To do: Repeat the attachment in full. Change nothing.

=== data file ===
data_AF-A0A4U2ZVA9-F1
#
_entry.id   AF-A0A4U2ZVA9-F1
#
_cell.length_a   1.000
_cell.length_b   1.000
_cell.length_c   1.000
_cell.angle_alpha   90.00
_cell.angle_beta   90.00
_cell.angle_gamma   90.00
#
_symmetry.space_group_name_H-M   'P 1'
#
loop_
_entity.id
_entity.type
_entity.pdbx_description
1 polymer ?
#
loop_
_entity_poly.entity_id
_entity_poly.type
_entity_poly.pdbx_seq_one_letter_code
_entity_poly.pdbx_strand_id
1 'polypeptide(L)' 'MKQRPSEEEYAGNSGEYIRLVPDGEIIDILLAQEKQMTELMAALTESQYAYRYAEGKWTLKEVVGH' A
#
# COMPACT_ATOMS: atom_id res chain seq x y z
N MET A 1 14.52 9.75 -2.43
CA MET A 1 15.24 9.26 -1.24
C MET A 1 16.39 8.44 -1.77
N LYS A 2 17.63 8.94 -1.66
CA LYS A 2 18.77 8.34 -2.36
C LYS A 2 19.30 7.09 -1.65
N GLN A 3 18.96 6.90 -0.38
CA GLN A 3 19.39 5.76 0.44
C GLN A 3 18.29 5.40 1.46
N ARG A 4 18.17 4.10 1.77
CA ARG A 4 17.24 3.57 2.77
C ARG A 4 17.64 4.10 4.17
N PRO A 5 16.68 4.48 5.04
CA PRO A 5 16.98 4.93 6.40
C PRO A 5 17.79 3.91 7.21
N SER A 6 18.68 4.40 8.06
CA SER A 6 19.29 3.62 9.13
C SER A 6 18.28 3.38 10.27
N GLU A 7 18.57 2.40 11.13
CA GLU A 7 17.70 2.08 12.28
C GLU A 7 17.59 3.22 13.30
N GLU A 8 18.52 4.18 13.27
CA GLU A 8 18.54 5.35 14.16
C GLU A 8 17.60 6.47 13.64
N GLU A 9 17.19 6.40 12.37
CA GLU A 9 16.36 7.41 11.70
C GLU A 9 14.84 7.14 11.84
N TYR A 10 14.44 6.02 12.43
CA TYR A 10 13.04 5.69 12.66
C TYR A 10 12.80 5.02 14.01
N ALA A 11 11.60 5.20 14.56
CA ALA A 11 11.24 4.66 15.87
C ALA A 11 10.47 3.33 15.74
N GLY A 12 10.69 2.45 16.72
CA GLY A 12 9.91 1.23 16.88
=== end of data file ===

data_AF-A0A4U2ZVA9-F1
#
_entry.id   AF-A0A4U2ZVA9-F1
#
_cell.length_a   1.000
_cell.length_b   1.000
_cell.length_c   1.000
_cell.angle_alpha   90.00
_cell.angle_beta   90.00
_cell.angle_gamma   90.00
#
_symmetry.space_group_name_H-M   'P 1'
#
loop_
_entity.id
_entity.type
_entity.pdbx_description
1 polymer ?
#
loop_
_entity_poly.entity_id
_entity_poly.type
_entity_poly.pdbx_seq_one_letter_code
_entity_poly.pdbx_strand_id
1 'polypeptide(L)' 'MKQRPSEEEYAGNSGEYIRLVPDGEIIDILLAQEKQMTELMAALTESQYAYRYAEGKWTLKEVVGH' A
#
# COMPACT_ATOMS: atom_id res chain seq x y z
N MET A 1 14.52 9.75 -2.43
CA MET A 1 15.24 9.26 -1.24
C MET A 1 16.39 8.44 -1.77
N LYS A 2 17.63 8.94 -1.66
CA LYS A 2 18.77 8.34 -2.36
C LYS A 2 19.30 7.09 -1.65
N GLN A 3 18.96 6.90 -0.38
CA GLN A 3 19.39 5.76 0.44
C GLN A 3 18.29 5.40 1.46
N ARG A 4 18.17 4.10 1.77
CA ARG A 4 17.24 3.57 2.77
C ARG A 4 17.64 4.10 4.17
N PRO A 5 16.68 4.48 5.04
CA PRO A 5 16.98 4.93 6.40
C PRO A 5 17.79 3.91 7.21
N SER A 6 18.68 4.40 8.06
CA SER A 6 19.29 3.62 9.13
C SER A 6 18.28 3.38 10.27
N GLU A 7 18.57 2.40 11.13
CA GLU A 7 17.70 2.08 12.28
C GLU A 7 17.59 3.22 13.30
N GLU A 8 18.52 4.18 13.27
CA GLU A 8 18.54 5.35 14.16
C GLU A 8 17.60 6.47 13.64
N GLU A 9 17.19 6.40 12.37
CA GLU A 9 16.36 7.41 11.70
C GLU A 9 14.84 7.14 11.84
N TYR A 10 14.44 6.02 12.43
CA TYR A 10 13.04 5.69 12.66
C TYR A 10 12.80 5.02 14.01
N ALA A 11 11.60 5.20 14.56
CA ALA A 11 11.24 4.66 15.87
C ALA A 11 10.47 3.33 15.74
N GLY A 12 10.69 2.45 16.72
CA GLY A 12 9.91 1.23 16.88